Clue said that having lived in Lexington, which merged with Fayette County decades ago, he saw lots of positives and very few negatives in that community. He noted that it’s difficult to tell if all of the developments Schmidt pointed out that occurred in other unified communities happened because of a merger similar to what’s being proposed in Pulaski County.
“We’re cautiously optimistic,” he said.
Numerous other individuals not in a public office of some kind also came to the meeting to hear what Schmidt had to say, and came away with a collectively mixed reaction.
Patty Ping of Childers Financial Services was all for the plan she heard about on Thursday night.
“I think it’s a great thing, long overdue,” she said. “I think there’s a lot of waste, a lot of repetition (in government). It would make things much simpler for us as citizens with what they’re trying to do to draw in industry and keep the population here, and even bring in new population. ... I think (the study) was very informative, especially if you have an open mind.”
Ross Rutt, director of operations for Blackboard Student Services, didn’t share the same optimism.
“My biggest issue is that I think the priority of the county is job growth ... and I just don’t see where any unified government at this point in time shows any data that it would improve net job adds,” he said. “My concern is that I see a lot of folks as public officials, representatives of the community organizing around this as opposed to job growth and that just sort of perplexes me. ... I believe from an efficiency perspective (the plan) makes sense. I just believe that if we really want to improve our community, it’s going to be about focusing on really bringing some real jobs in. That’s what’s driving the issues with our community, like drug use and poverty.”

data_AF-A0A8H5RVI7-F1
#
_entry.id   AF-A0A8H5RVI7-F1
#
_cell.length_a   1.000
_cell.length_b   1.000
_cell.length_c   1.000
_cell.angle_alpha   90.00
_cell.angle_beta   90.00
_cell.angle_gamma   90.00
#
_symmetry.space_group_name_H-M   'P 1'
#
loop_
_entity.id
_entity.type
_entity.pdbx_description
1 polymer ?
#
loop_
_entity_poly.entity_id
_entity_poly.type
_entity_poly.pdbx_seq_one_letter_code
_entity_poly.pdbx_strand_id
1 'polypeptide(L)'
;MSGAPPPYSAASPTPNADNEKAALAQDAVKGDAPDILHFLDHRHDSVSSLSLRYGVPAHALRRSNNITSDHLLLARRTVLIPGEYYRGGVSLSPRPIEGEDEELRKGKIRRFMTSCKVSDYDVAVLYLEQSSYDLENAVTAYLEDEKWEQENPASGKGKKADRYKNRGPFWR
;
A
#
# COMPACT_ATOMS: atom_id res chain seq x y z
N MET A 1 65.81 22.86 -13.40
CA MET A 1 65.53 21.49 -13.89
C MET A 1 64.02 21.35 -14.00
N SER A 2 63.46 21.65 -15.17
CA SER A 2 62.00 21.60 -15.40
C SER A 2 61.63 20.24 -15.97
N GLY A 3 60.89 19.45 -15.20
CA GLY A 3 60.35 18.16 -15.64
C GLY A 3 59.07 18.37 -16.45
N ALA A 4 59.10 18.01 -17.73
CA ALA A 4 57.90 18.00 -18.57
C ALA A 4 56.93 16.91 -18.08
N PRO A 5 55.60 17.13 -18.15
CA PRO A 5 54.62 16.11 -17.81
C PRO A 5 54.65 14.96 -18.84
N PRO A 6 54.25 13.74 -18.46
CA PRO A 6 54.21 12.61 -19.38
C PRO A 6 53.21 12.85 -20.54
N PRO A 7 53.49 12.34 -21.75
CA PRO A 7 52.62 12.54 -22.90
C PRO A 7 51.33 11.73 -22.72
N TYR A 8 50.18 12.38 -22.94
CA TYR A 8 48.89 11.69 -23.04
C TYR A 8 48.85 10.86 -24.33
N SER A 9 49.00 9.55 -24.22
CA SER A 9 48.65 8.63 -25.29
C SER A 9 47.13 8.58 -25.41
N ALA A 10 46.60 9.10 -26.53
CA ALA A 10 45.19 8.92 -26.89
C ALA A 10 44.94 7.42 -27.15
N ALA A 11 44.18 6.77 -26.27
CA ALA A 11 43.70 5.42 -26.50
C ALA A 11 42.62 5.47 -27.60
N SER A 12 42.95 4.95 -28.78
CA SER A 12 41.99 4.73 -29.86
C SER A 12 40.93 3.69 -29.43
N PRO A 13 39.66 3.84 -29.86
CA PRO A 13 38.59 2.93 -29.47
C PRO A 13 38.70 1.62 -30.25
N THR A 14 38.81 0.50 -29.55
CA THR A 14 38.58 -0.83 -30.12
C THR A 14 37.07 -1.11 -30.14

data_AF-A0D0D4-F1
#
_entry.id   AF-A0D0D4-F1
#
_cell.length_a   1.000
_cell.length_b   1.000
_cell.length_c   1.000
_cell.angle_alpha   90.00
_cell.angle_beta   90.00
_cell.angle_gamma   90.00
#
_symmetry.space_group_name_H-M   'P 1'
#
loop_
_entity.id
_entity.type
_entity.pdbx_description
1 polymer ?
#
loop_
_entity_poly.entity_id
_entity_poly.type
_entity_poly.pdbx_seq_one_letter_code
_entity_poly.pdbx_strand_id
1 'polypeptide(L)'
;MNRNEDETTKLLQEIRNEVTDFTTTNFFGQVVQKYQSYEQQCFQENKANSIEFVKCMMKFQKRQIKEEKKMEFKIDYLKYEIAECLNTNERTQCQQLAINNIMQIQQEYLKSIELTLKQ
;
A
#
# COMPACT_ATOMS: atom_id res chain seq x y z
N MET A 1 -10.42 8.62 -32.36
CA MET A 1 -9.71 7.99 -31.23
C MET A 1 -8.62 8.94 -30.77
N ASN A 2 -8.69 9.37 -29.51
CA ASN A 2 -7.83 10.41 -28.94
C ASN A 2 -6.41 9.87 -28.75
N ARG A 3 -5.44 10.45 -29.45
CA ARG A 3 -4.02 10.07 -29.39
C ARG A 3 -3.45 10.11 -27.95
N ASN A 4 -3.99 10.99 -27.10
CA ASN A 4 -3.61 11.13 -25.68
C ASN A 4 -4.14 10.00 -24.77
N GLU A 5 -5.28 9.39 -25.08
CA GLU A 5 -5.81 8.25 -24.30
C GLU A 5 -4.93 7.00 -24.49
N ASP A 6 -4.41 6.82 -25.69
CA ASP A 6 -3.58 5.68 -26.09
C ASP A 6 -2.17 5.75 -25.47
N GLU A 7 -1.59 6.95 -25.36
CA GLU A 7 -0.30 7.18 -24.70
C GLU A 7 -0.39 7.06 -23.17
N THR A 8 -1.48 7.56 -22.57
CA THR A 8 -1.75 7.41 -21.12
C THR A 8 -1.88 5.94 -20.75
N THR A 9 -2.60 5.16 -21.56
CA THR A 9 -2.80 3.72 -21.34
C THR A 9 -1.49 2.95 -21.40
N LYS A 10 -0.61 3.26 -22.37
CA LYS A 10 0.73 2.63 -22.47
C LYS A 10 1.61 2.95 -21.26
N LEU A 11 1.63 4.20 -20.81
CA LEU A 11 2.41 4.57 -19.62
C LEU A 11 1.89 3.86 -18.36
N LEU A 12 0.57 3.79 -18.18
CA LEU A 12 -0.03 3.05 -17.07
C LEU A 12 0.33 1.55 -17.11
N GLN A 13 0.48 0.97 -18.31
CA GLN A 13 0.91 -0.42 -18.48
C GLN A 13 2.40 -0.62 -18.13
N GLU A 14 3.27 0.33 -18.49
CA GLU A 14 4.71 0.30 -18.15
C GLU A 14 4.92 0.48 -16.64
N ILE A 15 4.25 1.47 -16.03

Real estate appraiser John Haney said that a unified government could be a “great step forward” for the community, and that the presentation raised a lot of intriguing questions for him.
“(The study) didn’t sway me either way,” he said. “My opinion has been that I’ve been on board with the merger or the prospect of looking into it since Day 1.”
According to Dave Weddle of Wellhead Energy Systems — the man whose Progress Somerset group successfully led a drive to make Somerset “wet” with alcohol sales in 2012 — it’s all just speculation unless Somerset city leaders indicate that they’re on board.
“It’s really impractical to do this without Somerset being fully engaged in the unification process,” he said. “... You’d have to assume that if the city (voting base) comes back and keeps things as they are (in the upcoming election), that would be a strong point on them saying they’re happy with the way things are.
“I think any place that doesn’t look at change every day ... will probably fall behind,” added Weddle. “There are real, positive attributes to looking (at a unified government plan), but again, the devil is in the details.”